Oscar Clark, Evangelist at Unity Technologies, recently hosted a webinar on the Seven Rules of Monetization. If you happened to miss it, you’re in luck because we’ve posted the replay below.
In what was a jam-packed hour, Oscar spoke about the importance of learning through experimentation, failure and data, offering expertise and examples designed to help developers avoid the mistakes he’s seen throughout his almost 20 years in monetization and social freemium game design.
While you’ll get much more detail and nuance through watching the replay, here are a few highlights pulled from the webinar as they relate to the rules of mobile game monetization:
Rule 1: Utility – What Do Your Players Value?
Utility is defined as how well your game functions as just that: a game (and an enjoyable one at that). Rather than building a game with only monetization in mind, by authentically focusing on utility, developers can generate better revenue opportunities in the long run. To this end, use ads strategically, thinking of the places and stages in your game where they will add the most value without being a distraction.
Rule 2: Anticipation – Why Should They ‘Expect Future Value’?
How do you help players get over their buying anxiety? Buying is a risky proposition for the end user. Generally, they are uncertain what the outcome will be and are worried they are getting led on. This is perhaps the biggest hurdle that you as a developer will have to clear. Therefore, you have to show the player what the potential reward is. You have to create an expectation of delight. You need to demonstrate value, spark interest and show the player that it pays for them to opt in.
Rule 3: Scarcity – What are the ‘Opportunity Costs’?
Build in ‘scarcity’ – it’s integral to your game design. It is a powerful motivator that will often trigger players to pay. ‘Limited Time Offers’ do work. Without scarcity, there’s no dilemma created for the player. With no dilemma, there’s no decision to be made, and with no decision, there’s no challenge. Also be careful to not break the underlining game economy by flooding the market with ‘cheap gold.’ You need to carefully consider how your purchasable items impact the game experience, and make smart choices when you bundle items to ensure there’s always scarcity.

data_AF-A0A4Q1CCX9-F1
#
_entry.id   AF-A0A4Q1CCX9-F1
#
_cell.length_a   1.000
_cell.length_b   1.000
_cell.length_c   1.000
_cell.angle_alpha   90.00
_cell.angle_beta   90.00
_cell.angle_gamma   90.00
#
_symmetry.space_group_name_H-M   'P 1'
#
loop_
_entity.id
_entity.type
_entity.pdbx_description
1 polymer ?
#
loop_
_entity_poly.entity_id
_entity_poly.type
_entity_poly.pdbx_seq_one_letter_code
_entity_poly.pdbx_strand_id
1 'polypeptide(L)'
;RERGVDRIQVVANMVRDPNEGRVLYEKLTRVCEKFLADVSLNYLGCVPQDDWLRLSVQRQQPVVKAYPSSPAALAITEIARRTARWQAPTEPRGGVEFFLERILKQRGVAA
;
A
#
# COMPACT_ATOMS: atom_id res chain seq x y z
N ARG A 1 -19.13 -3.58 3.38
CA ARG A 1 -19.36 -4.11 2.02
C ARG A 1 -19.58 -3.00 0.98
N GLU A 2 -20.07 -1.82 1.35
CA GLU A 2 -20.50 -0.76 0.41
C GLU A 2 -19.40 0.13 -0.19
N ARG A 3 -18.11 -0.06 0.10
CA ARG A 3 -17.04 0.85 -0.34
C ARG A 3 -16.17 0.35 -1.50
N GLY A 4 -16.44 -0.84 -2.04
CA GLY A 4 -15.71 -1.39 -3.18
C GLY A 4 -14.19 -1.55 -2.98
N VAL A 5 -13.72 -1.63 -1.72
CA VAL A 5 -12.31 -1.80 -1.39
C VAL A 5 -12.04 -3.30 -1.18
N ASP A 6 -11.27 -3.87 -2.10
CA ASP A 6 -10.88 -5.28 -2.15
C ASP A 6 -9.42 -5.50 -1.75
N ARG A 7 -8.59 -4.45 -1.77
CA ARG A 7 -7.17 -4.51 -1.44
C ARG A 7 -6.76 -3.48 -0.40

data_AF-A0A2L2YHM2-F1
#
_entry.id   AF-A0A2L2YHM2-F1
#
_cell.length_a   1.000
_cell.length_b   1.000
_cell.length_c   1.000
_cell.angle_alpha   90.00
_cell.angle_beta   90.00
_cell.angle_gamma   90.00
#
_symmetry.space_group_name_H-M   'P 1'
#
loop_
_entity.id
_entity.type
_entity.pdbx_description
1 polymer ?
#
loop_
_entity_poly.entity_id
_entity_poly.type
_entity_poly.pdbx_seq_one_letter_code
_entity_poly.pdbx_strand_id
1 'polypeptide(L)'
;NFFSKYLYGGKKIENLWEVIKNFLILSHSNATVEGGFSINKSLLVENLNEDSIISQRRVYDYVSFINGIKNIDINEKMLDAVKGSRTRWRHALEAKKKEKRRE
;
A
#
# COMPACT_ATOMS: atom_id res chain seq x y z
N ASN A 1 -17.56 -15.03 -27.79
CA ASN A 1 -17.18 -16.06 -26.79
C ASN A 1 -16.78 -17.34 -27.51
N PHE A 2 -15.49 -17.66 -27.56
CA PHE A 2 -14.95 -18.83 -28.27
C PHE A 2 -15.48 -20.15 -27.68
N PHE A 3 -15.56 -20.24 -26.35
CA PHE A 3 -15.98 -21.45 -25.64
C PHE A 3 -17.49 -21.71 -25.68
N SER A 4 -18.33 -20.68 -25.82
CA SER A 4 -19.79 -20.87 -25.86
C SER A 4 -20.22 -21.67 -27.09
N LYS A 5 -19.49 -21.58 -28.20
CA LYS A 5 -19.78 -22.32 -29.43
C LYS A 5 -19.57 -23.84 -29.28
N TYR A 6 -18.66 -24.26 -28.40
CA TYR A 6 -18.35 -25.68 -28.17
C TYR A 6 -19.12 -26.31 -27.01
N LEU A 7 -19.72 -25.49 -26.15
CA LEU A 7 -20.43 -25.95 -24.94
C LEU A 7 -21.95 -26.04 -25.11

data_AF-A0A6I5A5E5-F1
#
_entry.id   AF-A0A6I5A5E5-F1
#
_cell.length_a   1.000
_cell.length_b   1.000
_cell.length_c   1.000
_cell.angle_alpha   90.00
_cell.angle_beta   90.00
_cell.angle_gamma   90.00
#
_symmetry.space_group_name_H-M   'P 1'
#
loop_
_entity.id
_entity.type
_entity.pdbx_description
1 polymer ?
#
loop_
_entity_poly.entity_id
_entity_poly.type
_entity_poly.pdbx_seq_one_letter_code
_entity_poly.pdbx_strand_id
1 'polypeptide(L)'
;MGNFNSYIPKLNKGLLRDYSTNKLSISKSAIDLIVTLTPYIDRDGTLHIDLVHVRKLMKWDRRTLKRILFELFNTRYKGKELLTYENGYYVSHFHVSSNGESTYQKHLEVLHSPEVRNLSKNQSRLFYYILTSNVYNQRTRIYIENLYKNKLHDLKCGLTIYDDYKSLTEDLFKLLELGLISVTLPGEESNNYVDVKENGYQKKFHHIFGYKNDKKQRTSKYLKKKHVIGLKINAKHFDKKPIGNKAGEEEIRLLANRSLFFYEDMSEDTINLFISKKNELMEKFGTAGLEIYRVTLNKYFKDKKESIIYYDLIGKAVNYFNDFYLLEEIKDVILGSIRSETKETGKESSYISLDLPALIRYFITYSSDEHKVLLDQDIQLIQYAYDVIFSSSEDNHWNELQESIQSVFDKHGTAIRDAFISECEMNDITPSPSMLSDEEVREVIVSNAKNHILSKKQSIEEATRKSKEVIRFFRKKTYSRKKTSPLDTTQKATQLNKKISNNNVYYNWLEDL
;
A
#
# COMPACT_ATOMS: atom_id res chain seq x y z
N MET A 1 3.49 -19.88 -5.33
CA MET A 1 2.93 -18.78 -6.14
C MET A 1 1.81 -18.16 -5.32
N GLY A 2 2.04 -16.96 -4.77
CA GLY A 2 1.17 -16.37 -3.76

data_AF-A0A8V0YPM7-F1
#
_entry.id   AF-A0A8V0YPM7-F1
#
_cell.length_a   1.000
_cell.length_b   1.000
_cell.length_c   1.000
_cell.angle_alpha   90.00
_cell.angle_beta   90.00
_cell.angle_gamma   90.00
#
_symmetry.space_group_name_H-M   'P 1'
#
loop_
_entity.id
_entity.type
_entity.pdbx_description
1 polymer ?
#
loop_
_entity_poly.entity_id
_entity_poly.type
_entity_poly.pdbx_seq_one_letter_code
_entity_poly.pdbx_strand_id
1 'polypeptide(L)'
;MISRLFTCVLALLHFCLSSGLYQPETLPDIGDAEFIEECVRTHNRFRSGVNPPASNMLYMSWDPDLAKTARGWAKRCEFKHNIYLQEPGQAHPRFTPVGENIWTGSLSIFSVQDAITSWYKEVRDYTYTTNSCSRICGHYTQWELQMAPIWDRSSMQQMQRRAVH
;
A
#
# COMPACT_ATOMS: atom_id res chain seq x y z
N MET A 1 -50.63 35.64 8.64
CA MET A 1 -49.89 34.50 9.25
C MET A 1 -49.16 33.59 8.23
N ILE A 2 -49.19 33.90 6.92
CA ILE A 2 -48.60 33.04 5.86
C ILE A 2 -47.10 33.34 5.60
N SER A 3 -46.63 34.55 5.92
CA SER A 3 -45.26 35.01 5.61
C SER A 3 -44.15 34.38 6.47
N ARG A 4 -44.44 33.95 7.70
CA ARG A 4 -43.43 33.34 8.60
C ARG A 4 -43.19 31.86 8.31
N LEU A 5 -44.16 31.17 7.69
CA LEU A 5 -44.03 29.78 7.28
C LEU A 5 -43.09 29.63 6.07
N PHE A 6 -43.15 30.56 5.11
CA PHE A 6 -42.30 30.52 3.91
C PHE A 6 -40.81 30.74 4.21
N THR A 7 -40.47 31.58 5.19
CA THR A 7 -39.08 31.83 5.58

Rule 4: Timing – Understanding the Player Lifecycle
If you’re going to monetize your game, you need to understand the player lifecycle. While the instinct is to convert players to paying customers right away, instead, this is the stage where you as a developer need to figure out how to keep people playing as long as possible. This is often difficult since mobile games only have about a 40% retention rate. Players are just figuring out controls and gameplay, and always don’t have the best UX initially. Therefore, instead of conversion, all your efforts must go into showing players what’s possible in your game, and why they should keep playing.
Rule 5: Repetition – Why Should Players Return to Play?
You need to create repeat customers, because people who play your game more are the people who will spend more money. However, developers need to watch out for player fatigue, so ensure that you’re able to give players an opportunity to take a break every once in a while. You need to design your sessions a bit shorter, so your players can sneak in a few games while on public transportation or waiting in line, as no mobile gamer wants a session that lasts 15 minutes.
Rule 6: Evidence – Why Analytics is Essential
Data is so important. The best game designers already excel at solving problems, so if you as a dev can use testing and analytics to identify problem areas in your games, you can then use those insights to weave creative solutions. When analyzing data, don’t just look at conversions, but at repeat purchases. If your in-app purchases don’t create repeat buyers, then something is amiss. Your monetization model is flawed if gamers only pay to play once.
Rule 7: Scale – The Ultimate Rule of Free-To-Play
Remember, at the end of the day, scale trumps everything. Ultimately, the more people playing your game means there are more people who can potentially contribute to your overall profitability. But in order to scale and grow, you have to again focus on utility and creating an engaging game that people want to play.
The ultimate rule of thumb: Do not sacrifice the quality of gameplay for the potential of profitability.